The small city where I did most of my growing up decorated the main street for Christmas with beautiful, golden angels. It was dubbed "The Avenue of Angels." Some of the angels, hanging from street lamps, had golden horns lifted to the heavens, while others bowed their heads in prayer. At main intersections, four angels would drape gracefully from each corner, in tinselly gowns twinkling with light, horns raised, to meet in the middle. Oh, they were beautiful! They eventually got old and decrepit and were replaced with a tacky display that was billed as "The Avenue by Candlelight." Never in a million years would the candles hold a candle (if you will) to the angels. When the garish candles finally bit the dust, they were replaced with another version of angels. These new angels are not nearly as graceful or beautiful as the originals, mind you, and they're a little too brassy, but they're a vast improvement over candles.
Back in the day, people would actually go downtown to shop, bustling in and out of stores, shops, and boutiques -- even in winter! There were places called "department stores" and "dime stores" -- lots of 'em -- with well-known names that you'd find in nearly every town -- Penney's, Sears, Woolworth's, Kresge's (other, bigger names in other, bigger cities) -- and most had lunch counters or restaurants right in the store! In our area, there was a regional department store called the H.C. Prange Co.
Prange's occupied a six-story building and had a five-level parking ramp. I have distinct memories of being in the parking ramp at Christmas time with my mother at the wheel -- bumper-to-bumper from top to bottom following an afternoon of shopping. My mother would be damned if she'd let anyone squeeze their car in front of hers! More often than not, she had five, tired little kids in the car, so I really can't blame her for wanting to keep moving forward. Prange's exterior holiday decor was a very simple and elegant tree made from many strands of large, white lights strung from the top of the street-level canopy all the way to a large, brightly lit star at the roofline.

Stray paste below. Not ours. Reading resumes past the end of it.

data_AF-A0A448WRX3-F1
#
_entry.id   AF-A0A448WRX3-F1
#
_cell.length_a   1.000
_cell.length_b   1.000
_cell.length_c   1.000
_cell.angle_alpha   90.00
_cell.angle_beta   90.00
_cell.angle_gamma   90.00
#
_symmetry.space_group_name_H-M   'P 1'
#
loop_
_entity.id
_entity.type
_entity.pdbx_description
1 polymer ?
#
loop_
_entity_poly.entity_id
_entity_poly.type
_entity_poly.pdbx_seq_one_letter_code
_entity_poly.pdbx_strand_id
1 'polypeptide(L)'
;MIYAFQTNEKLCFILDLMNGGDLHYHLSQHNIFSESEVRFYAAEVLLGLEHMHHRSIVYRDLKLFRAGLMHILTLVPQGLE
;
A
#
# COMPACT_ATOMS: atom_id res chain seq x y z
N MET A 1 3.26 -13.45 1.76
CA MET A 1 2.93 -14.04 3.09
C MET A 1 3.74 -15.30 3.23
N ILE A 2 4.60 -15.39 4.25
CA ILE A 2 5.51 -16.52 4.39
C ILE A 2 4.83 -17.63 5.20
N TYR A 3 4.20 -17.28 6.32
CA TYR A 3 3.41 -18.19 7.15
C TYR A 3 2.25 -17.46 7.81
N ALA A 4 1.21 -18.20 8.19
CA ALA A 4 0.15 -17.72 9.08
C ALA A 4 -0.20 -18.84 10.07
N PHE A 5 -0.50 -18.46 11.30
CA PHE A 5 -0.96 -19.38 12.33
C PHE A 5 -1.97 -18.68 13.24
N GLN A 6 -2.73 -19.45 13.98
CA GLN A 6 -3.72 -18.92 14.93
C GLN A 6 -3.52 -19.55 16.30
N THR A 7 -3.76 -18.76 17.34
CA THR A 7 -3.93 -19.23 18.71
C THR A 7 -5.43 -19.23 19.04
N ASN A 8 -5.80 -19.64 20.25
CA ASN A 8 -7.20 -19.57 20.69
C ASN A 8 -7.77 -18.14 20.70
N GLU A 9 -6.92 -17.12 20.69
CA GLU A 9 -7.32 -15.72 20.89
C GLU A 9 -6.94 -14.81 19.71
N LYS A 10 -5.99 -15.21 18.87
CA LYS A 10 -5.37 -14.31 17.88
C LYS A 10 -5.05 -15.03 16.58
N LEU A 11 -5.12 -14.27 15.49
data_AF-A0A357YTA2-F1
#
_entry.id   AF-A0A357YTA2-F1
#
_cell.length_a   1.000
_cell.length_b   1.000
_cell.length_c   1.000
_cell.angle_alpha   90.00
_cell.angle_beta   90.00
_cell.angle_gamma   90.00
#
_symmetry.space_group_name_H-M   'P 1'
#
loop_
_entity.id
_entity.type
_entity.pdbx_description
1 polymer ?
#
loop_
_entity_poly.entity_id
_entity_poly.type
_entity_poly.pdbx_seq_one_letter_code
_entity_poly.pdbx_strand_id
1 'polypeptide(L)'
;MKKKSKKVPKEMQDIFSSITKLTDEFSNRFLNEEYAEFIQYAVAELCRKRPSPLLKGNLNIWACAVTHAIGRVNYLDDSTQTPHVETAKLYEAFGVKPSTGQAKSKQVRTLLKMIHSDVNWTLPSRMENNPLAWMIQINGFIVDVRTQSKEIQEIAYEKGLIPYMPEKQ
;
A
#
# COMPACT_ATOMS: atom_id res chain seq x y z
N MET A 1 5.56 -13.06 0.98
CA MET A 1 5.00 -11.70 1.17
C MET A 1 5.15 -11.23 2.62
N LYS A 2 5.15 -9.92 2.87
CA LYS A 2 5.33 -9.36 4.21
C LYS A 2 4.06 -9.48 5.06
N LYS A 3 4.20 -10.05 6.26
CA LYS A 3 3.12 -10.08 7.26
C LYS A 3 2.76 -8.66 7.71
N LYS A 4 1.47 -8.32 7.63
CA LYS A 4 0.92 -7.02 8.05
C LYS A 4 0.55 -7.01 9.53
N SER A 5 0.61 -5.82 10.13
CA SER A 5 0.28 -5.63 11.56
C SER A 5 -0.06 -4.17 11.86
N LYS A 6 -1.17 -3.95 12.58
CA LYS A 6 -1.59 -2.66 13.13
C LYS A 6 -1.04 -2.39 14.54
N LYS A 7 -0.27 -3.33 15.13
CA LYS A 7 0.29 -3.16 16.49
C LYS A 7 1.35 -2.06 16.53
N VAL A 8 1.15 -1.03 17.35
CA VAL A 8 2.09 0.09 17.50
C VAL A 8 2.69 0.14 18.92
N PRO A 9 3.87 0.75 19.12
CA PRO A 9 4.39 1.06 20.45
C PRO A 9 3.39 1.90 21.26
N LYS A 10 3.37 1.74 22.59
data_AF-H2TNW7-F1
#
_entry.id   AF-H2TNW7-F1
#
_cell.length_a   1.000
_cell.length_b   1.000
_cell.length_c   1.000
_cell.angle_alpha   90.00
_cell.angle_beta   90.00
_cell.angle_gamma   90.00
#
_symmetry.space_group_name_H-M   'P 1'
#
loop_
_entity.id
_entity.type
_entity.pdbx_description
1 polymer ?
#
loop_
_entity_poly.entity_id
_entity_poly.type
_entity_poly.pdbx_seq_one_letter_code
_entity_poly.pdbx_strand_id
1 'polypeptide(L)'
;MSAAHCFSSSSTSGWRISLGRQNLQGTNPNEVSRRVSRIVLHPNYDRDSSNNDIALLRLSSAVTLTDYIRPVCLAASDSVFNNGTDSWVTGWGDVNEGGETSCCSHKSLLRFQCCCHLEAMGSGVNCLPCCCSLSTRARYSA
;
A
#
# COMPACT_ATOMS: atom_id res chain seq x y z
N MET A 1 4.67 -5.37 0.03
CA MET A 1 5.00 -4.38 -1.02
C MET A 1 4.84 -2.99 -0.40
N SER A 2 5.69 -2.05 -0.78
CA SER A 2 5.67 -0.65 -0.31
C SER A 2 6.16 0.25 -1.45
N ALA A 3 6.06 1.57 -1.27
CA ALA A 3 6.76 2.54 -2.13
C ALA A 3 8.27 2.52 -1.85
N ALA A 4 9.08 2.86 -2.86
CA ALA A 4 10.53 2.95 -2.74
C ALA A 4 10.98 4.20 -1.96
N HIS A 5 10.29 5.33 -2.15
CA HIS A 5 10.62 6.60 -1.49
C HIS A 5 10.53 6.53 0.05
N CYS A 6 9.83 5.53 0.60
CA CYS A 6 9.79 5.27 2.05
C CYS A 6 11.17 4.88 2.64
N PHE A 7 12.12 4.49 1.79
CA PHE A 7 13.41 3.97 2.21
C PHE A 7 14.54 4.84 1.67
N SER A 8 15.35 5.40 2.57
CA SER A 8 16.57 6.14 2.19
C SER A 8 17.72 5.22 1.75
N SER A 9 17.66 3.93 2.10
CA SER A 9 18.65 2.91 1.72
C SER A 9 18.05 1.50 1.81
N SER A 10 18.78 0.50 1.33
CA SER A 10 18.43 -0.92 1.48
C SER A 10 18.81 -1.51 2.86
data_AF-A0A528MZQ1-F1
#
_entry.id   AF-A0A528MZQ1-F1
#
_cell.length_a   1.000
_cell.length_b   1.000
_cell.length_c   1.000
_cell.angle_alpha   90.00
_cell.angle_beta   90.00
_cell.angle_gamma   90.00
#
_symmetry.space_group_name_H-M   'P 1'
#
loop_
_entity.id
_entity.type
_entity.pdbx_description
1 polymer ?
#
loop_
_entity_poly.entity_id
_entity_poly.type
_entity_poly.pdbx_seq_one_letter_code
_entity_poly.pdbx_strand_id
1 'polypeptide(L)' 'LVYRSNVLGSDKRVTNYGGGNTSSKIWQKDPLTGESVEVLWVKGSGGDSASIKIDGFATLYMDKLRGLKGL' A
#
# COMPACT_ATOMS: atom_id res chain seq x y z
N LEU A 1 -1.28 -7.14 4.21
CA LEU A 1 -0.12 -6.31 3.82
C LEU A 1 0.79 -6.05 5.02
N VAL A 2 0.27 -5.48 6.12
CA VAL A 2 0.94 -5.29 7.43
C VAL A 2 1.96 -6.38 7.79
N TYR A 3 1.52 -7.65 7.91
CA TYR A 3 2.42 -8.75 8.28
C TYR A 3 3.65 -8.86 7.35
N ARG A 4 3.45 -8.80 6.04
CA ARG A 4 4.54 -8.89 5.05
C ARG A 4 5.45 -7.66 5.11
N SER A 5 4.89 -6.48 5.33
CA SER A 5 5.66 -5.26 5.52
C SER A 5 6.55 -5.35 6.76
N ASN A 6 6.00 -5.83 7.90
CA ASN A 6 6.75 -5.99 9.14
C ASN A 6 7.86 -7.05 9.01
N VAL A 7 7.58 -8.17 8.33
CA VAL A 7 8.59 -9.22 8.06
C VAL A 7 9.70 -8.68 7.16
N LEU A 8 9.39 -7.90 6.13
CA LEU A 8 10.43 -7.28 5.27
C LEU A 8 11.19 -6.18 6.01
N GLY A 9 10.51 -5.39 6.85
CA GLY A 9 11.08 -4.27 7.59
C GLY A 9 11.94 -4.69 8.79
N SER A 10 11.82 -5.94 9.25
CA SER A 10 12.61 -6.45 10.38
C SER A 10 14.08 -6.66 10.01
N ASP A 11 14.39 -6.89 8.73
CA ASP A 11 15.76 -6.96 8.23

The store windows came to life with mechanically animated displays -- spinning, swinging, twirling elves, gingerbread men and forest animals, for example, cavorting in sets filled with piles of fake, glittery snow. There was music piped outside and the sidewalks were filled with shoppers. "City sidewalks, busy sidewalks, dressed in holiday style, in the air there's a feeling of Christmas..." Once upon a time, those words rang very true. But, oh, those windows! That display! It seemed to go on and on, but always ended too soon.
Inside the store was an "Enchanted Forest." On either side of a roped off path, there was more of the same animation that sparked the front windows, and towering, white trees -- lots of branches -- more piles of snow and millions of lights. It was truly enchanting! The destination was tucked away, out of sight 'til the very end, though perhaps a glimpse would be caught along the way -- a little hit of red in all that white, heightening the anticipation to just this side of unbearable...
I recently learned that those animated displays have been restored and are on display at a historical museum in the city where Prange's had their headquarters. I smell a road trip...
Typepad wouldn't let me post my pictures today. This has nothing to do with the pictures I have and I don't have any pictures of this, so thought I'd try to see if a thousand words (more or less) could paint any sort of picture. Hopefully, full and living color will return tomorrow.